Among Shevardnadze's early efforts to consolidate power and bring stability to Georgia, his greatest crisis was caused by military losses in Abkhazia in 1993–94. After Abkhazia's Supreme Soviet declared independence in July 1992, Georgia sent in troops to quell the secession. Shevardnadze had pursued peace talks with mediation by Russia's Foreign Ministry. In September 1993, the breaking of a ceasefire and heavy fighting caused Shevardnadze to fly to Abkhazia to take personal command, but the Abkhazians, with the aid of Chechens and other mercenaries (and connivance of some Russian military elements in Abkhazia), drove out all Georgian forces. Georgian and Abkhazian officials signed a Russian-brokered ceasefire in May 1994. As part of this agreement, Russian troops, formally acting as Commonwealth of Independent States (CIS) "peacekeepers," were deployed in a security zone along the Inguri River, which divides Abkhazia from Georgia. Shevardnadze stated in June 1997 that he had been forced to permit the CIS "peacekeepers" into Abkhazia because the United Nations (UN) had balked at sending a sizeable force.
Another major crisis took place when Gamsakhurdia and his supporters launched an insurrection in the Mingrelian area of western Georgia and marched on Tbilisi. Shevardnadze appealed to Russia for assistance, and Russia's tank forces were instrumental in quelling the insurrection. As part of the price for Russia's military aid in defeating Gamsakhurdia, Georgia entered the CIS in 1993, and Shevardnadze signed the CIS Collective Security Treaty, a Russian-Georgian Friendship Treaty, and border troop accords. (Russia's legislature has refused to ratify the latter.) Georgia's entrance into the CIS was regarded as anathema by many Georgians, though Shevardnadze stressed the "realism" of accommodating Russia at that time. In March 1995, the two sides signed a treaty granting Russia rights to four military bases through the year 2020. The Georgian legislature refused to ratify this basing accord. Although Shevardnadze initially viewed the basing agreement as a means to entice Russia to support Georgia's interests in settling the Abkhaz conflict, his government in the late 1990s called for removing the bases. Shevardnadze reportedly received strong U.S. and Western support in pressuring Russia to close two of the bases by mid-2001, and to discuss closing the other two as part of the adaptation of the Conventional Armed Forces in Europe Treaty in November 1999. In January 1999, Georgia assumed full control over guarding its sea borders, and on 15 October 1999, the last Russian border troops left, except for some liaison officers.
As guided by Shevardnadze, a new constitution was approved by the legislature in August 1995. It reestablished a strong presidency, though affirming a balance of executive and legislative powers more equitable than those in most other new constitutions approved by former Soviet republics. Under this constitution, voting for a new legislature took place simultaneously with the race for the recreated presidency on 5 November 1995. In the legislative race, only three of the 54 parties running received at least 5% of the party list vote required to win seats, though other parties won representation through constituency races. Shevardnadze's Citizens' Union Party won the largest bloc of seats, giving him major influence, though the legislature has at times opposed his policies. The election was judged "consistent with democratic norms" by international observers. Legislative elections were held most recently on 31 October 1999. Voting was by party lists (150 seats) and single-member constituencies (73 seats; 12 sitting members representing separatist Abkhaz districts were allowed to retain their seats). At the time of its convocation on 20 November 1999, the Citizens' Union Party held the largest bloc of seats, permitting it to claim the speakership and two of four deputy speakerships. Two other deputy speakers representing Abkhazia (the exiled government) and Ajaria marked a federal element.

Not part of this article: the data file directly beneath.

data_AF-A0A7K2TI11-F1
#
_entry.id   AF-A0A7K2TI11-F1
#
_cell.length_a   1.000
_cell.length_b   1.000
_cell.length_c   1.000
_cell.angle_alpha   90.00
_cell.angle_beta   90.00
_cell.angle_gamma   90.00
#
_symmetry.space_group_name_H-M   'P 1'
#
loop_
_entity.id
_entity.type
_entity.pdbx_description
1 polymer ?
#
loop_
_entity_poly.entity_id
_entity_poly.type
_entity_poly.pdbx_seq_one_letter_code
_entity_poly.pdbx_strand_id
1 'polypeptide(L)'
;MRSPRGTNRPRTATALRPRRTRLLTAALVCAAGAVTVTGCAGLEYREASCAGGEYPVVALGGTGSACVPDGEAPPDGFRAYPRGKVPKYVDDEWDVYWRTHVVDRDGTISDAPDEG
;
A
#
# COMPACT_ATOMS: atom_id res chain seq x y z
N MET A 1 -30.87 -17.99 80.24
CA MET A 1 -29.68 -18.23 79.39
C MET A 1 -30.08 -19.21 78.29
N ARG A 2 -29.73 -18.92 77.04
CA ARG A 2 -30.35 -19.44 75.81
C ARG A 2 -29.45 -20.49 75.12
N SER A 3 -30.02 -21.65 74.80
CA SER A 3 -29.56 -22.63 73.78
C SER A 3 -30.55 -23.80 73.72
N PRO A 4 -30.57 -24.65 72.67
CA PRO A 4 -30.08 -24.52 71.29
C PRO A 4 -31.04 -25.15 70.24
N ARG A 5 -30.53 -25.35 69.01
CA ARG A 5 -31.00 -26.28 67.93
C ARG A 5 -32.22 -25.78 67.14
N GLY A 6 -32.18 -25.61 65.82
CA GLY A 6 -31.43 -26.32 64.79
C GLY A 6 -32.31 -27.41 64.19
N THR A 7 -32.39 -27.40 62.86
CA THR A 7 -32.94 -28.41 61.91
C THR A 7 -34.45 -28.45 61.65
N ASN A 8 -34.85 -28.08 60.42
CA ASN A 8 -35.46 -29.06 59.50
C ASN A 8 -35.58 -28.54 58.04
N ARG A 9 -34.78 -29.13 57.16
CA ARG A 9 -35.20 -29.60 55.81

In his presidential election manifesto, Shevardnadze stressed economic and social reforms. He called for eliminating poverty, creating a balanced budget, fighting corruption, eliminating wage and pension arrears, and reducing unemployment. He envisaged a five-year plan that would result in ample employment and a "normal" economy. Unfortunately, reforms within Georgia have been slow and corruption in civil and government organizations still runs rampant. In 2001, it was estimated that 60% of Georgians lived below the nation's poverty line. In some cases, those who have jobs have been paying bribes in order to keep them. Though Shevardnadze is viewed as a hero of democracy in the West, Georgian citizens and political critics have little praise for or confidence in his ability to keep his promises for the country.
In November 2001, a controversial raid by state security agents on an independent television station, allegedly for a tax investigation, triggered a demonstration of an estimated 5,000 to 10,000 citizens in the streets of Tbilisi. Protesters echoed the outrage felt by a majority of the nation's citizens and demanded reform in the government. In a surprising response, Parliament speaker Zurab Zhvania, next in succession, put forth his resignation and urged President Shevardnadze to take action. Shevardnadze responded by firing his entire cabinet and promising to restructure the government by creating an office of prime minister to lead a new executive cabinet. The new office would essentially take over many of the duties and power now assigned to the president.